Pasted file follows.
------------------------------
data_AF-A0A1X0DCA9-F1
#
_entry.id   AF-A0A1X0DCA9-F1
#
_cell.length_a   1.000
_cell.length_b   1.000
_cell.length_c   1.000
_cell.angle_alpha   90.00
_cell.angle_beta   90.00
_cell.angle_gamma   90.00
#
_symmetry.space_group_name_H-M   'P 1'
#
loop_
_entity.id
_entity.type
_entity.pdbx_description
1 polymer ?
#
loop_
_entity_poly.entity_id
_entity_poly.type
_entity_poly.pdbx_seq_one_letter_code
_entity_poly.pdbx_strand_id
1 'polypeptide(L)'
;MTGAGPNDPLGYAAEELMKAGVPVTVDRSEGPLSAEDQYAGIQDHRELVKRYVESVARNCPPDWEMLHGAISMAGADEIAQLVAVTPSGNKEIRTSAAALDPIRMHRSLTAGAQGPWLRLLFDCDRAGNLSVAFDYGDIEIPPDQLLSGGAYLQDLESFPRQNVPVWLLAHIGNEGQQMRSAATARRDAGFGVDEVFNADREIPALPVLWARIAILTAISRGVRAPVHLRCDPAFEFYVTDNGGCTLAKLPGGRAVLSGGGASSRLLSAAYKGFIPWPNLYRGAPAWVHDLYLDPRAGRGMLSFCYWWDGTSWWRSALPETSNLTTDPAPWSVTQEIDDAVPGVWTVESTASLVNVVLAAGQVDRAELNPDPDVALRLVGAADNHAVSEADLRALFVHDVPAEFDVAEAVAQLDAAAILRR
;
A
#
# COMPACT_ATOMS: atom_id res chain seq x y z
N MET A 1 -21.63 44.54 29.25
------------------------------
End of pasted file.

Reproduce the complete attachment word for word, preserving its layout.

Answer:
data_AF-A0A1X0DCA9-F1
#
_entry.id   AF-A0A1X0DCA9-F1
#
_cell.length_a   1.000
_cell.length_b   1.000
_cell.length_c   1.000
_cell.angle_alpha   90.00
_cell.angle_beta   90.00
_cell.angle_gamma   90.00
#
_symmetry.space_group_name_H-M   'P 1'
#
loop_
_entity.id
_entity.type
_entity.pdbx_description
1 polymer ?
#
loop_
_entity_poly.entity_id
_entity_poly.type
_entity_poly.pdbx_seq_one_letter_code
_entity_poly.pdbx_strand_id
1 'polypeptide(L)'
;MTGAGPNDPLGYAAEELMKAGVPVTVDRSEGPLSAEDQYAGIQDHRELVKRYVESVARNCPPDWEMLHGAISMAGADEIAQLVAVTPSGNKEIRTSAAALDPIRMHRSLTAGAQGPWLRLLFDCDRAGNLSVAFDYGDIEIPPDQLLSGGAYLQDLESFPRQNVPVWLLAHIGNEGQQMRSAATARRDAGFGVDEVFNADREIPALPVLWARIAILTAISRGVRAPVHLRCDPAFEFYVTDNGGCTLAKLPGGRAVLSGGGASSRLLSAAYKGFIPWPNLYRGAPAWVHDLYLDPRAGRGMLSFCYWWDGTSWWRSALPETSNLTTDPAPWSVTQEIDDAVPGVWTVESTASLVNVVLAAGQVDRAELNPDPDVALRLVGAADNHAVSEADLRALFVHDVPAEFDVAEAVAQLDAAAILRR
;
A
#
# COMPACT_ATOMS: atom_id res chain seq x y z
N MET A 1 -21.63 44.54 29.25